But there are some things you can’t put a price on. When migrants feel looked after by Australia, and that includes being allowed to bring their parents over to join them so that they have something akin to a proper family, they are more likely to have a greater commitment to the country, and also do some good PR for the nation.

When you make it hard for migrants to connect to their parents by making the visa process onerous or expensive, or you simply refuse to let their parents in unless there are “strong compassionate grounds” then what you create is a level of profound unhappiness.

The top six migrants groups to Australia in 2015 were, in this order, from England, New Zealand, China, India, Philippines, and Vietnam.

In most countries, but particularly in Asian countries, family unity is paramount. It is the pivot on which everything else spins. Bearing the current cost of migrants’ parents may not help the bottom line, but it is the morally decent thing to do and because it increases the general sum of human happiness.

To deliberately frustrate migrants’ attempts to bring over their parents so that they can have a proper family life is, at its core, callous and shortsighted.

Happiness of course is not something most economists care about. But they will have to soon. Increasingly, happiness is being forced into the financial equation, particularly by economists such as Ross Gittins who argues that happiness is the most important measure of economic success.

He says living a satisfied life of endeavour, achievement and mutually rewarding relationships increases happiness. An approach by governments that places less emphasis on economic growth and efficiency and more on preserving the planet and the social fabric could increase what he calls “national happiness”.

Connections to other people and relationships, whether they are with our friends or our families, are what give meaning and purpose to life.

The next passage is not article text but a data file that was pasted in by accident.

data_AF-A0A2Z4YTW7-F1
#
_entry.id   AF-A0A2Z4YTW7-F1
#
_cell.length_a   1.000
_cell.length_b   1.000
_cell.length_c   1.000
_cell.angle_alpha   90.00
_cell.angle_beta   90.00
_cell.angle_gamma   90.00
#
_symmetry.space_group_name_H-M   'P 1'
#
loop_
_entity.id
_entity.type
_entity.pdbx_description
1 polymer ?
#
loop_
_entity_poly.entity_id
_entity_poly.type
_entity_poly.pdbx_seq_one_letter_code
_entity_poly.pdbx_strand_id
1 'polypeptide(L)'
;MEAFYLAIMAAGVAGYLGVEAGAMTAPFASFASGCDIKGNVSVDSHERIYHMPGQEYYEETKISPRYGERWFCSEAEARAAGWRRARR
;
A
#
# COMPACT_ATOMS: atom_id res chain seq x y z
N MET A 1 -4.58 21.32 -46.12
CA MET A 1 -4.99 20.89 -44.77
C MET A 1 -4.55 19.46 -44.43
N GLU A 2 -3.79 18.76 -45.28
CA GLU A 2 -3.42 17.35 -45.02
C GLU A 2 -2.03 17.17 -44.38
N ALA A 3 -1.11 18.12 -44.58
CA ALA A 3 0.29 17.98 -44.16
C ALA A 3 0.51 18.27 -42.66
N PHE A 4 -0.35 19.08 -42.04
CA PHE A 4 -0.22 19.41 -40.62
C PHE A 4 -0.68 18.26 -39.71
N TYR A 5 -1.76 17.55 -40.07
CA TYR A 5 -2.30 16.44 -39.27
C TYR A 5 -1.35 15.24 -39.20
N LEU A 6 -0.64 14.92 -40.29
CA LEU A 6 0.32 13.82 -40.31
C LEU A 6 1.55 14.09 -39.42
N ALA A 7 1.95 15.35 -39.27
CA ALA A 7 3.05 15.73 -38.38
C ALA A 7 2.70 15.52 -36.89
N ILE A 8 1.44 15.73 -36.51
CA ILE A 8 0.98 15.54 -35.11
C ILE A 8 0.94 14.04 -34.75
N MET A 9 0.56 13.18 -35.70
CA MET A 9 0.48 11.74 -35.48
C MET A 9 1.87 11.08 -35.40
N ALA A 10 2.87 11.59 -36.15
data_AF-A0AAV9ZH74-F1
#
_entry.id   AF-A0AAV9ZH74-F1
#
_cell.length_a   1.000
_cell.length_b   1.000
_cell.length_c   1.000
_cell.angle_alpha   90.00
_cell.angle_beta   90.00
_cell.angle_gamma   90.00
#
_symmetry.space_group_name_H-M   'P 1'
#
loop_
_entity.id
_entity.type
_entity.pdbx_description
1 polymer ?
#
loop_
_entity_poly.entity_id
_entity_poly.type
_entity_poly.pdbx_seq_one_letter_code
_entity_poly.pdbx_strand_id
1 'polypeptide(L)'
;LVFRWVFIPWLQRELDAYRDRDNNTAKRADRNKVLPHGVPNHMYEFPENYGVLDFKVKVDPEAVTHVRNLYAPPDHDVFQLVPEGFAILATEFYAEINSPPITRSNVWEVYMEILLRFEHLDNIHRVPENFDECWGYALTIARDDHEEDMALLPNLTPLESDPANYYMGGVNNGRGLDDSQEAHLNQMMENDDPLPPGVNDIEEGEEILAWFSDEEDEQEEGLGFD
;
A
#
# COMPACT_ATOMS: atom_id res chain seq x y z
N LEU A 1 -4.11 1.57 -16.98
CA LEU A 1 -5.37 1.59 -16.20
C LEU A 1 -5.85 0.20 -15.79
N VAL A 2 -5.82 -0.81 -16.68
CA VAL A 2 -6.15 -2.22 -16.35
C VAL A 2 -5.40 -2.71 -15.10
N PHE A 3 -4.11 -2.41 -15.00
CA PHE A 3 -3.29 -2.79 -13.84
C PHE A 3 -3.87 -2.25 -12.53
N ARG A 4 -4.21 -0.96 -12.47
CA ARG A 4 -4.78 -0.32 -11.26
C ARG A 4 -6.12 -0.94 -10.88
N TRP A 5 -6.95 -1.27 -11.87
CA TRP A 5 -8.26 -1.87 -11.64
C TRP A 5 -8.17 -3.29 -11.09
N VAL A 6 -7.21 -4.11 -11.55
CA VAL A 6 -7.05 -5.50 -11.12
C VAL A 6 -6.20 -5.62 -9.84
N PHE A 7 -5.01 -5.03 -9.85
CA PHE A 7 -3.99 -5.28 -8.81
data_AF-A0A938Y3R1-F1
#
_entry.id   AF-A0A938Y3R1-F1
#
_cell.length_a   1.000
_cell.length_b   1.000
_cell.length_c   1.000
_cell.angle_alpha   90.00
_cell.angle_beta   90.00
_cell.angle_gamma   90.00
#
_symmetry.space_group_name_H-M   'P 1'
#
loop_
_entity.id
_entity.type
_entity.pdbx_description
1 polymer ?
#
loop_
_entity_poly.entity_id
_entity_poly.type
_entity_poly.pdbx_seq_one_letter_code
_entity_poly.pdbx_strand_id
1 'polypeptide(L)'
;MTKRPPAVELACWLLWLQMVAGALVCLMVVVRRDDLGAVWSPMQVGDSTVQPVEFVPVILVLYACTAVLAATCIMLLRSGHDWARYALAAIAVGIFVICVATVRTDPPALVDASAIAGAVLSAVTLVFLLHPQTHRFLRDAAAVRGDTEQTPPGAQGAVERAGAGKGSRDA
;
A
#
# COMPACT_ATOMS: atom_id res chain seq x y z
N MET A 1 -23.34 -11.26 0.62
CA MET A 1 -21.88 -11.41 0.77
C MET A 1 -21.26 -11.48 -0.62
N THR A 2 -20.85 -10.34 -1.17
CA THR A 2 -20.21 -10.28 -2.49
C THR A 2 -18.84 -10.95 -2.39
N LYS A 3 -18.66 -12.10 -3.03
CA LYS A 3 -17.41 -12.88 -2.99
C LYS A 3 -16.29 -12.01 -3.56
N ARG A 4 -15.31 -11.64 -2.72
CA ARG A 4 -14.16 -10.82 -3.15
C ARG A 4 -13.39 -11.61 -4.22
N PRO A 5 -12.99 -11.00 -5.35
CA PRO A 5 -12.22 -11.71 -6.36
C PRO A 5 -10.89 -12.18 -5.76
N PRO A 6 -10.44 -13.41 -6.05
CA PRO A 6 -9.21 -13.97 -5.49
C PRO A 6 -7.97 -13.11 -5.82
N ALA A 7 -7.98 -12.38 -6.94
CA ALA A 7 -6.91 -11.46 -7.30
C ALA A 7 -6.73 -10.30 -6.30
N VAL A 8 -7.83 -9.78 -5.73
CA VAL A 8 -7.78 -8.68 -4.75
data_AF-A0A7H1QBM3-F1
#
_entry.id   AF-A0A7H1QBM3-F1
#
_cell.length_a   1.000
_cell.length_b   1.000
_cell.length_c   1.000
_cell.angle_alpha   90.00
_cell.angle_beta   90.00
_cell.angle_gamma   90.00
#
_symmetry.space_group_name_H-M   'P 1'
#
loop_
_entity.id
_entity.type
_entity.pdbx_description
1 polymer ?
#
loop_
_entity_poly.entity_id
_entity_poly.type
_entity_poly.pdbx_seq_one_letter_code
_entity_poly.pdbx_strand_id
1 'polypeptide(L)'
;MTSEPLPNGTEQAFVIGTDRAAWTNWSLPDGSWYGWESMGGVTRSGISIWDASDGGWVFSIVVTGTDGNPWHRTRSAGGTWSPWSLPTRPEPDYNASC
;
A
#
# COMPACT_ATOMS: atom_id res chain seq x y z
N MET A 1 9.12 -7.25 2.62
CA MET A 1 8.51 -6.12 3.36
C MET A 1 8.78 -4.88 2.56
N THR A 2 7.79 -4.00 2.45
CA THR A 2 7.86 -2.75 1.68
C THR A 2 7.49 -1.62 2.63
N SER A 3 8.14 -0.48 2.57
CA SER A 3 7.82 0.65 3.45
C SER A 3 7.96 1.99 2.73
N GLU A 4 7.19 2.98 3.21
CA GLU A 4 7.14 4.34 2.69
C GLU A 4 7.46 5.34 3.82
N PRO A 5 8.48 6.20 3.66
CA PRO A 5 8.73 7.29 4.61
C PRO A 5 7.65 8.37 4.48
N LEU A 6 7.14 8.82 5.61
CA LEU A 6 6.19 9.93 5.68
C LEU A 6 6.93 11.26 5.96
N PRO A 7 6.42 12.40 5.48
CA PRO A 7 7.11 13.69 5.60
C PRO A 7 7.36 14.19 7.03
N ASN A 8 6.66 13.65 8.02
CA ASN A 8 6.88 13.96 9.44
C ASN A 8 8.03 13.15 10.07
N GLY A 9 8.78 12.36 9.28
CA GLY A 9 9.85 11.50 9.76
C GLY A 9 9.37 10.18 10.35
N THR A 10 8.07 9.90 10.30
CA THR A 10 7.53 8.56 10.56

To deliberately frustrate migrants’ attempts to bring over their parents so that they can have a proper family life is, at its core, callous and shortsighted.

Australia’s history already contains too many instances of families that have been pulled apart - from children sent to Australia alone on ships to children torn away from their parents because of skin colour. Making it harder for families to connect, for whatever reason, is never the answer.

Sushi Das is a journalist and author. Follow her on Twitter: sushidas1

Settling in Australia
The hidden cost of Australia’s massive partnership visa fees
"My partner and I are students. We just paid. It was our whole life savings."
Australia: A nation built on homesickness
Indian migrants are the latest wave of newcomers taking up menial jobs as they long for home.
Settlement Guide: how to access mental health care
Mental illness is the third highest cause of burden of disease in Australia after cancer and cardiovascular disease. Yet, some migrant communities only use mental health services at a very low rate. Limited knowledge about the available services, cultural stigma and language barriers often turn them away from seeking help.